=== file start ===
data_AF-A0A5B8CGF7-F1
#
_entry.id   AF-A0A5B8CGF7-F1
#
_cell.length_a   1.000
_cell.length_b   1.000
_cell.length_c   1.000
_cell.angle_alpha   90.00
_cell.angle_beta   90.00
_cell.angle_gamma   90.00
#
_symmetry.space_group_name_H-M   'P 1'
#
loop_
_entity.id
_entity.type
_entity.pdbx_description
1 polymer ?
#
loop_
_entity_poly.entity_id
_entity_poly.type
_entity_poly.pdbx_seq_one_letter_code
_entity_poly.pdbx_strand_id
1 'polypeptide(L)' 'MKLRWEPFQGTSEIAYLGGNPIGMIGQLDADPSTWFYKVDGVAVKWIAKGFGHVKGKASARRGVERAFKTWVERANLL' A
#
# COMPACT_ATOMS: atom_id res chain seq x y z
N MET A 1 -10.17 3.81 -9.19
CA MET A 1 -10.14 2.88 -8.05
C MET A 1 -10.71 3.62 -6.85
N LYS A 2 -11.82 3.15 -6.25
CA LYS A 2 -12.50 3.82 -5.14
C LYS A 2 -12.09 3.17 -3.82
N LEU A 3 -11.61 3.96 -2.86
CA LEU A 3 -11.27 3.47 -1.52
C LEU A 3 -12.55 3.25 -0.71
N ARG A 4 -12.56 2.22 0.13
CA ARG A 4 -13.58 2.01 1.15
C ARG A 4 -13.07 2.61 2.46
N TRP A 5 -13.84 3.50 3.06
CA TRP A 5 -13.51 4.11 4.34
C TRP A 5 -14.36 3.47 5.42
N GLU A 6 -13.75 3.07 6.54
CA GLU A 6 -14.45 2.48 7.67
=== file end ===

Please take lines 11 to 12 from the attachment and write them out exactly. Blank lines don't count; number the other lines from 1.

#
_symmetry.space_group_name_H-M   'P 1'